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Since Portal is only composed of a dozen rooms/areas or so, I made an enlarged copy of the map and then cut it apart, laminating each area as I did (some as small as 2" x 2", others as big as a quarter page). Running it I'd just lay the next area out for all to see and if necessary have them mark on it where their zeroes were going.

Also, I had each player arrange their character sheets (originally on index cards, but now on the cut-up 4x4 Purple Sorcerer zero level sheets) in front of them in marching order, so it was obvious who amongst their zeroes was currently was in front, bringing up the rear, or hanging about in the middle.


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PostPosted: Sun Aug 16, 2015 8:26 am 
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Ill-Fated Peasant

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FLGS: High Tide Games
For the record, I'm running #67 Sailors. Character sheet placement is a good tip. I read that in first pass of rule book. I need to write it down in play notes so that I remember it.

I'll look into possibility of making full scale maps. I've done that in the past for some adventures but it became unwieldy to do on a weekly basis. Most of my players seem to enjoy it though.


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PostPosted: Sun Aug 16, 2015 9:14 am 
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Good idea, I'm deciding on which I am going to run, Portal or Sailors (the former seems more straight forward, the latter seems more interesting) and cutting out sections does sound like a good idea, at least for Portal for sure, then just get a few chips to use as players (pennies or what have you) and I do like the idea of marching order (which I know was mentioned in the book but I appreciate fleshing it out) so if people are clustered you know who is where, generally, in a quick and easy way. Sailors, at least from my initial read-through, is a bit less regimented, though I think that it will work.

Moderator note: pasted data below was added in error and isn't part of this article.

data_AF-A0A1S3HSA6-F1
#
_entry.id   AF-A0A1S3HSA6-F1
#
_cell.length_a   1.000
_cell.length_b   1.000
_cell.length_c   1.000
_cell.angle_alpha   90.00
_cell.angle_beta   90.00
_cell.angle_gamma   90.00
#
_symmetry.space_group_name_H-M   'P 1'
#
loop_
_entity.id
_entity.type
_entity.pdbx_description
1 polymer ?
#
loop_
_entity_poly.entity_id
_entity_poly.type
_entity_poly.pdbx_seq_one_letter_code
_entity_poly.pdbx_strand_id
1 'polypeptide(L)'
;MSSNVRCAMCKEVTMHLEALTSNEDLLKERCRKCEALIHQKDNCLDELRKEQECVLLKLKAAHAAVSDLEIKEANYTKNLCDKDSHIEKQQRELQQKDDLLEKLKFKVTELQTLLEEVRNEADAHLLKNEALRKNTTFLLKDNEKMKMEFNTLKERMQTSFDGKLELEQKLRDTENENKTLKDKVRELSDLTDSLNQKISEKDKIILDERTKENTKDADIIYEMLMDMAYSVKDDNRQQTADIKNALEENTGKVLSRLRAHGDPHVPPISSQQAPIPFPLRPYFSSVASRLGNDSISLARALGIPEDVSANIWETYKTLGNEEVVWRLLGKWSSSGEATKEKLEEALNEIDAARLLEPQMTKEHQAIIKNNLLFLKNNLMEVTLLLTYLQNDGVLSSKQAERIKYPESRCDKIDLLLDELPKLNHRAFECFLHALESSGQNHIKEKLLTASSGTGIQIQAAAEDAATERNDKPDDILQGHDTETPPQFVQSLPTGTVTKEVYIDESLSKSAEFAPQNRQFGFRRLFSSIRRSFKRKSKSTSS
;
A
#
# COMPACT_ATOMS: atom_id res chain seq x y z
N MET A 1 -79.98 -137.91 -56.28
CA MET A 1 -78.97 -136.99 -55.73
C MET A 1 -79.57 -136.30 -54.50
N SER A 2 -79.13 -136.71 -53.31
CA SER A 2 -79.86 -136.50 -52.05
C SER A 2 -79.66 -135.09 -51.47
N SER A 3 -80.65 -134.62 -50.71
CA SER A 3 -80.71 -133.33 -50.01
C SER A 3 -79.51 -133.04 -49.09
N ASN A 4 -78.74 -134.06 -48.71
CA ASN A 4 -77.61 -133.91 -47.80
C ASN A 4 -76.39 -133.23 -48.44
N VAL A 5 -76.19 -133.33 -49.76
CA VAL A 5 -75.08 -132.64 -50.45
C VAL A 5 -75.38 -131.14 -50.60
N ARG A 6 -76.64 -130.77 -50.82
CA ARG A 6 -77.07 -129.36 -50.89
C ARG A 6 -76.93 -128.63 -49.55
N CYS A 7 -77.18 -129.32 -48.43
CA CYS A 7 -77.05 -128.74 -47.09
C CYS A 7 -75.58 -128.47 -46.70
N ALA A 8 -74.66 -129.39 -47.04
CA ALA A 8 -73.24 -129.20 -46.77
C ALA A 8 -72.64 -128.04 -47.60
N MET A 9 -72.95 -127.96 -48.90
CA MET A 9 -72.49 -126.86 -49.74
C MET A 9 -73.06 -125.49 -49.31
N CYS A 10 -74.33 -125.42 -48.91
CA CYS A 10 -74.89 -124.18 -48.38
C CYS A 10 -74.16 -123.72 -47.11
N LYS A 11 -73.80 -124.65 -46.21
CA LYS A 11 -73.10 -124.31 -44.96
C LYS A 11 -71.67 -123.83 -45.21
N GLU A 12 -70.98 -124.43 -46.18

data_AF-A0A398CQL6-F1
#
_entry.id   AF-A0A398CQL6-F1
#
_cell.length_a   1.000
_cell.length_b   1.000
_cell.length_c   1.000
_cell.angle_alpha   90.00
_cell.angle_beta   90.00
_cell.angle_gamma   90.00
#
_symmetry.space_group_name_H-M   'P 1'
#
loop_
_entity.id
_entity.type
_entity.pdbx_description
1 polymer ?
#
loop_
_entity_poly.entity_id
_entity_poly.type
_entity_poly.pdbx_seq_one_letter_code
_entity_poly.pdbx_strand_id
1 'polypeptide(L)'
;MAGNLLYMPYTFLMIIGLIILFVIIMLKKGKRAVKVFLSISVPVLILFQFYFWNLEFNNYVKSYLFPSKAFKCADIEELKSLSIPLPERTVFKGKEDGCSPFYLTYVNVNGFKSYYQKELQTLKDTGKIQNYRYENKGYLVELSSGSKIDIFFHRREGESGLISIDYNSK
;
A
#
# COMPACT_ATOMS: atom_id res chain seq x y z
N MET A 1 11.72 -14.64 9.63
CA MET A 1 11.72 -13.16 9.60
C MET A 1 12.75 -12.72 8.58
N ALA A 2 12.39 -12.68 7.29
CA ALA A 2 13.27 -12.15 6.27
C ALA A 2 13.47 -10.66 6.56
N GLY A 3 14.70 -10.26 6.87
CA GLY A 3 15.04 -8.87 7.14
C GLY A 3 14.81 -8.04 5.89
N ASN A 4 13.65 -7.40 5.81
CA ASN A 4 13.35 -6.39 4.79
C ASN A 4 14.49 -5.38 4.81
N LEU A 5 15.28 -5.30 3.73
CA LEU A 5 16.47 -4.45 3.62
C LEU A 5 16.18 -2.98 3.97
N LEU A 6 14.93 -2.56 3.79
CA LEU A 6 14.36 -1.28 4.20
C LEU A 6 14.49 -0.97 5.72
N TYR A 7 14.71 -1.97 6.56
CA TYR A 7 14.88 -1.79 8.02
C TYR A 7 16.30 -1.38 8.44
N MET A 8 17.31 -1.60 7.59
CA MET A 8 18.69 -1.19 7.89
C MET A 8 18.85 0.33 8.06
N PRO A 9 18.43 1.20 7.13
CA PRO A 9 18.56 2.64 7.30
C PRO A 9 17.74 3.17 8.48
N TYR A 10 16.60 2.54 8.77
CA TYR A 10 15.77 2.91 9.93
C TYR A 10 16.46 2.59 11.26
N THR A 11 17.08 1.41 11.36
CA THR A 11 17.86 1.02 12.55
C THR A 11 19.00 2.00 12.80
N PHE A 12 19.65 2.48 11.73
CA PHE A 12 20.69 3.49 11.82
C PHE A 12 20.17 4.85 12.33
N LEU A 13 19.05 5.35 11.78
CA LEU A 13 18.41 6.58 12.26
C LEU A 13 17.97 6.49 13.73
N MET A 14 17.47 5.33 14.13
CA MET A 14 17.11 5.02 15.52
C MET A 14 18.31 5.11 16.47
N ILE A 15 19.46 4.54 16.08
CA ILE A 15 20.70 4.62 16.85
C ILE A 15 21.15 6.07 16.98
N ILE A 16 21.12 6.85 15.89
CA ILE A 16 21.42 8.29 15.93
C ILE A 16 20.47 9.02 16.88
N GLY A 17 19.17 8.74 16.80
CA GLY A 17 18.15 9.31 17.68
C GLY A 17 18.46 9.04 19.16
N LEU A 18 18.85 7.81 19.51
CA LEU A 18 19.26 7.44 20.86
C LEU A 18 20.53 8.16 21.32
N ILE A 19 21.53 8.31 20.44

One thing I appreciate about this game (at least in theory) is it seems pretty easy to put together and run, which is good cause we are all adults with jobs and things that take up time. Plus I'm trying to draw my wife into the hobby, so far it's been at best "meh" to her, but I'm hoping the more straight forward "hack and slash" game will be a better experience*, plus I think she'll like the magic system.

I also love the idea of level zero 'funnel' characters - not only is it kind of a neat way to say "yes, people will die, get used to it" but it also allows people to learn the basic rules before they have to think about more-complex class-specific rules like magic, etc. I'm debating tossing in a few one-use magic scrolls so people can get a taste of the magic systems too, to make it easier for them to pick a class.


*I think a lot of times I forget how easy it is to play these games that require more of the players cause I have played games like this for a long time, either tabletop games or similar video games. She hasn't, so a lot of the stuff I take as obvious is less so to her.


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PostPosted: Mon Aug 17, 2015 12:22 am 
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FLGS: Bizarro World
No one has brought up Luck.

Lean heavily on Luck.

"Are you in range of the statue's death ray or not? — Who has a Luck lower than 10 and was more or less sticking with Mordon the Wheat Farmer?"

"Subtract your Luck from 15 — that's how many clay golems are attacking you right now, up to a max of 5."

"The bear doesn't exeunt and instead turns on the Party — Who's got the lowest Luck? Raarrrrrgh!"

Luck is very important for running Funnels.